From makeshift to masterpiece: Paint the Void’s Mural Festival reflects on 2020

Flashback to March 2020 and the once lively streets and charming storefronts of San Francisco were boarded up and hidden away due to the city’s shelter-in-place order to help slow the spread of COVID-19. 

However, the plain and almost apocalyptic look of the plywood masked storefronts eventually became an art gallery on display for all to see. Two years later, these unconventional murals from around the city are being displayed together at Pier 70 for the community to view, reflect on, and interact with. 

Paint the Void (PTV), a non-profit organization, urged local Bay Area artists to paint over the boarded up storefronts, covering the city with large, colorful murals beginning in April 2020. PTV has since supported over 150 artists and helped to put up around 130 murals throughout the Bay Area. 

Mural painted by Mark Harris as part of the Paint the Void Project, originally seen on Haight Street. PHOTO BY JULIA MONTANO / SAN FRANCISCO FOGHORN

The exhibit, The City Canvas: A Paint the Void Retrospective, hosts one of the nation’s largest collections of plywood art. Viewers at the gallery scan a QR code so they can interact with the piece and learn about the artist(s) who created it. The large gallery is scattered with multi-column plywood boards composed of color, retrospect, and meaning.

A walk through the gallery feels like a walk through the city, as murals from different neighborhoods sit side by side. Questions arise about the patience, planning, and skill needed to create a work of art of such magnitude. This challenge is one that many artists felt compelled to tackle to help inspire, speak for, and provide comfort to the people of San Francisco. 

Some of the pieces serve as a reminder of key moments that helped define 2020, like the Black Lives Matter protests. One of the pieces, titled “Route to Revolution,” from artist and animator Donvan Brutus, displays depictions of the Black Power Fist that became a powerful symbol of the BLM movement. 

This large mural designed by Jen Bloomer was painted by healthcare employees at Zuckerberg San Francisco General Hospital as part of the Paint the Void Project. PHOTO BY ALI ALDREES / SAN FRANCISCO FOGHORN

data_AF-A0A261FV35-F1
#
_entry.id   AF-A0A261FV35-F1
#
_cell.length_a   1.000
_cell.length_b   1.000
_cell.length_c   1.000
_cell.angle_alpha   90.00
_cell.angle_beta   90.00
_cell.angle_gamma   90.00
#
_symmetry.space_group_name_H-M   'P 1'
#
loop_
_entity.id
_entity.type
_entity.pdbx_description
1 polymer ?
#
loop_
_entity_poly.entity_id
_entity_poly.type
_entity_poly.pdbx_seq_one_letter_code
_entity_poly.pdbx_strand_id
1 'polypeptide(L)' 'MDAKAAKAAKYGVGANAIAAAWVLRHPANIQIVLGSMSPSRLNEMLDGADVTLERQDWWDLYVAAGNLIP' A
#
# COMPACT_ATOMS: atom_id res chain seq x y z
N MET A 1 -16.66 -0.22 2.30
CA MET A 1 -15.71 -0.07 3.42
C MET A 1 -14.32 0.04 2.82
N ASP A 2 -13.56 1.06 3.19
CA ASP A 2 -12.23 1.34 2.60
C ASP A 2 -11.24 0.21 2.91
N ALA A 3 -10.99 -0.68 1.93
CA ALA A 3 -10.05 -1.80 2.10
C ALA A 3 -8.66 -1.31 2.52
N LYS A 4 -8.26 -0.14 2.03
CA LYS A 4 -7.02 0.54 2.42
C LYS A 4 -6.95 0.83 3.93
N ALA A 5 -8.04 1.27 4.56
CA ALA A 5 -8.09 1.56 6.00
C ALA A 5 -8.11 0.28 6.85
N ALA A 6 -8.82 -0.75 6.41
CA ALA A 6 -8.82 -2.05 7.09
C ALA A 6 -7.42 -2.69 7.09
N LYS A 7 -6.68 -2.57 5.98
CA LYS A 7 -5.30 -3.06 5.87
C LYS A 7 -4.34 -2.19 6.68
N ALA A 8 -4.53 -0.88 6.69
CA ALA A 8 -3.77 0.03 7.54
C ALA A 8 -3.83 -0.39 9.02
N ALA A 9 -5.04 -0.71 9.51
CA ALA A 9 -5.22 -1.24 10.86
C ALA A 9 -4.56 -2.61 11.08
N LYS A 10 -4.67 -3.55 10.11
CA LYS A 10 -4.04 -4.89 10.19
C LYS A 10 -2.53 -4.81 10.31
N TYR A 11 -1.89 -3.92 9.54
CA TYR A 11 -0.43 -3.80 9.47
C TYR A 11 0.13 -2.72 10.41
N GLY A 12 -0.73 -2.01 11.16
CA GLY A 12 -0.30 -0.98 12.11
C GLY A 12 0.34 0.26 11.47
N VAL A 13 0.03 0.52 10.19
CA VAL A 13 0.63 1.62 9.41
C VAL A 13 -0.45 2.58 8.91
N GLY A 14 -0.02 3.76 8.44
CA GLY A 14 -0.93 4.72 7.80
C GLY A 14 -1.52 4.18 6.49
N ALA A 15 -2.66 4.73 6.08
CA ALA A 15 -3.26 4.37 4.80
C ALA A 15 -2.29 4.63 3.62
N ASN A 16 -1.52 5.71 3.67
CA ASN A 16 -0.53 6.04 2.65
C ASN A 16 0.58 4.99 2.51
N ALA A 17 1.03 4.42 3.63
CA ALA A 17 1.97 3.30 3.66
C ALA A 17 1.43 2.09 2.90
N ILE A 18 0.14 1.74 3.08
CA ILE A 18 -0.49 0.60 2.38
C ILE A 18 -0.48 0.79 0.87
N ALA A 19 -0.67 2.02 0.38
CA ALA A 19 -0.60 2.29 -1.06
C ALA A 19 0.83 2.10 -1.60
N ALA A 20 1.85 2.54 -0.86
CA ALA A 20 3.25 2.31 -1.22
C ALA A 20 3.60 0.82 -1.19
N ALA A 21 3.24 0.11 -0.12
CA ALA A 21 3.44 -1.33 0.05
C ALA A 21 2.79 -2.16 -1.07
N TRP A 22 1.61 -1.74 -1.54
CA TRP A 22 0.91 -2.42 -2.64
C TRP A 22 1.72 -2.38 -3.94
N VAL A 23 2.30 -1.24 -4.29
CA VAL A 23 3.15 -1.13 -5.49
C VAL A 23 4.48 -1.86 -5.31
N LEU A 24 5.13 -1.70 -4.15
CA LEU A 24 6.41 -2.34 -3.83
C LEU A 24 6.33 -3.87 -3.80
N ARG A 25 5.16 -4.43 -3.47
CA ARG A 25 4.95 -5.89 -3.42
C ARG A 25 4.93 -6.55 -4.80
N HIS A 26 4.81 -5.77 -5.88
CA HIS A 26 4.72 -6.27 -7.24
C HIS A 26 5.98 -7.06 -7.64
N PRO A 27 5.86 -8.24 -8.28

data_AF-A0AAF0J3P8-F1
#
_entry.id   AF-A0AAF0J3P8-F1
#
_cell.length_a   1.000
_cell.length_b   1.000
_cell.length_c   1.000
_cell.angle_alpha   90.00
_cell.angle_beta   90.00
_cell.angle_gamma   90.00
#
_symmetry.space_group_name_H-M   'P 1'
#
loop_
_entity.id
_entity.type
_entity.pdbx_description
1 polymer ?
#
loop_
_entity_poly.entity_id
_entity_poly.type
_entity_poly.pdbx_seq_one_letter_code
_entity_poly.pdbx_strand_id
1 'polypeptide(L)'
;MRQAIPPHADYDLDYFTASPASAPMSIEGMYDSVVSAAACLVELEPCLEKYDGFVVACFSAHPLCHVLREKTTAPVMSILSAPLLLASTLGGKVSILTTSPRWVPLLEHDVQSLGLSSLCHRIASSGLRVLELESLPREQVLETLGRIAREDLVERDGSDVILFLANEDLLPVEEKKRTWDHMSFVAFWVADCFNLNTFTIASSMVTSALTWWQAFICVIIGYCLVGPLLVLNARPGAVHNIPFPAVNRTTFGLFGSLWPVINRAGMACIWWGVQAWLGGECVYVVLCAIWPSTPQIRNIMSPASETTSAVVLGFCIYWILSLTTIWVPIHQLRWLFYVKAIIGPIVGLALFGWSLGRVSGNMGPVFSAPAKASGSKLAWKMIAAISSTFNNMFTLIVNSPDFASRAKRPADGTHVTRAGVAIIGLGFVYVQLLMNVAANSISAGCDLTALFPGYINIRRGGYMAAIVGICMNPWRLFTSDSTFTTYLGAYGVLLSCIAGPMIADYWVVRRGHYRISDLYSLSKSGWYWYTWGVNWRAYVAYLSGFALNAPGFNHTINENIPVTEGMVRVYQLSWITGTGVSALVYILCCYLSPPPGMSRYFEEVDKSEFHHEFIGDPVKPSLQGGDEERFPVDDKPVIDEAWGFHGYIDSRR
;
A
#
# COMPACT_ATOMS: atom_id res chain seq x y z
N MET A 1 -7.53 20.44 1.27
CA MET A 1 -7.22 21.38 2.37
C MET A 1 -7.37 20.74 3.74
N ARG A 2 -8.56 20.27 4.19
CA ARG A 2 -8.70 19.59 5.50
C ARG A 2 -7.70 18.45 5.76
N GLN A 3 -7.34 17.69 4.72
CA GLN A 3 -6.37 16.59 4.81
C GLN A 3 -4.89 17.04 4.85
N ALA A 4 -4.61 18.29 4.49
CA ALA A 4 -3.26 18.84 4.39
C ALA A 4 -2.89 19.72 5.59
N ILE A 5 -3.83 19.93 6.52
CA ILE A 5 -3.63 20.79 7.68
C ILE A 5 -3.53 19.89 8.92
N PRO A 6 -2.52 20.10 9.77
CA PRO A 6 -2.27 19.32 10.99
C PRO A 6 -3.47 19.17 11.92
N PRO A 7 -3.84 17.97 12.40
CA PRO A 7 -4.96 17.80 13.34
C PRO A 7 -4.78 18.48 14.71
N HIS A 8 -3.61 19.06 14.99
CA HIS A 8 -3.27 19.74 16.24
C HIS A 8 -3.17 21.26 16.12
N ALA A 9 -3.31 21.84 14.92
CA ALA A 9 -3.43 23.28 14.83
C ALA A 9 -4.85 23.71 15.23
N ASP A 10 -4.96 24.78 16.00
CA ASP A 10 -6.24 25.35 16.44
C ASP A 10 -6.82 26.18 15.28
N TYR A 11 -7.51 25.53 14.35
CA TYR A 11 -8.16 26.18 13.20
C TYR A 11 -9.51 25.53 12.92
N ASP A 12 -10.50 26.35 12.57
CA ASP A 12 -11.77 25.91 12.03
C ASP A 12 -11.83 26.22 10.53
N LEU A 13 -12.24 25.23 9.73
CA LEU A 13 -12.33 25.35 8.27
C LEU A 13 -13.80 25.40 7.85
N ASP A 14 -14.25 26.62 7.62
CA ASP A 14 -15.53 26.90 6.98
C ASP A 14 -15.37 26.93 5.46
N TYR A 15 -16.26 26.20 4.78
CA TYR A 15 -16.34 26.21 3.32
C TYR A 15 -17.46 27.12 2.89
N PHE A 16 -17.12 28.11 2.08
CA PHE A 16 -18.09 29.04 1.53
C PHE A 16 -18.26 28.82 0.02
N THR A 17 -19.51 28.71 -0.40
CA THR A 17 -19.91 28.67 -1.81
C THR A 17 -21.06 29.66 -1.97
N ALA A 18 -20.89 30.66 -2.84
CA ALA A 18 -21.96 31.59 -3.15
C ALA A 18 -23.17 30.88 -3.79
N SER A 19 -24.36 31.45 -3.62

Reflecting on his inspiration for the piece and why he turned to art during 2020, Brutus said, “The main theme of my piece ‘Routes to Revolution’ is the pathways people take to realize change is needed. The goal of this piece is to say we all have different paths, but we must be clear, change is needed, and we must keep pushing.” 

Whether it is about BLM or the pandemic, this exhibit serves as an ode to the message that the moment is not over. “It’s kind of crazy to see all these things. It’s like in 2020, this happened, and that was just so recent and we are still in it,” said attendee Sarah Slain. Although we may be two years into the future from when these murals were created, their sentiments remain the same. 

With the help of artists, Paint the Void continues to help bring light to people in dark times, encapsulating the spirit of San Francisco through these murals. “That’s just part of what makes San Francisco so special, the artist community,” said Bay Area native Sherice in summarizing the event. While the City Canvas exhibit finished its last weekend on display, those interested are welcome to check out their website for photos of the murals, artists information and more. Paint the Void is fully devoted to continuing their work of painting the city and adding murals to the beautiful streets of San Francisco.


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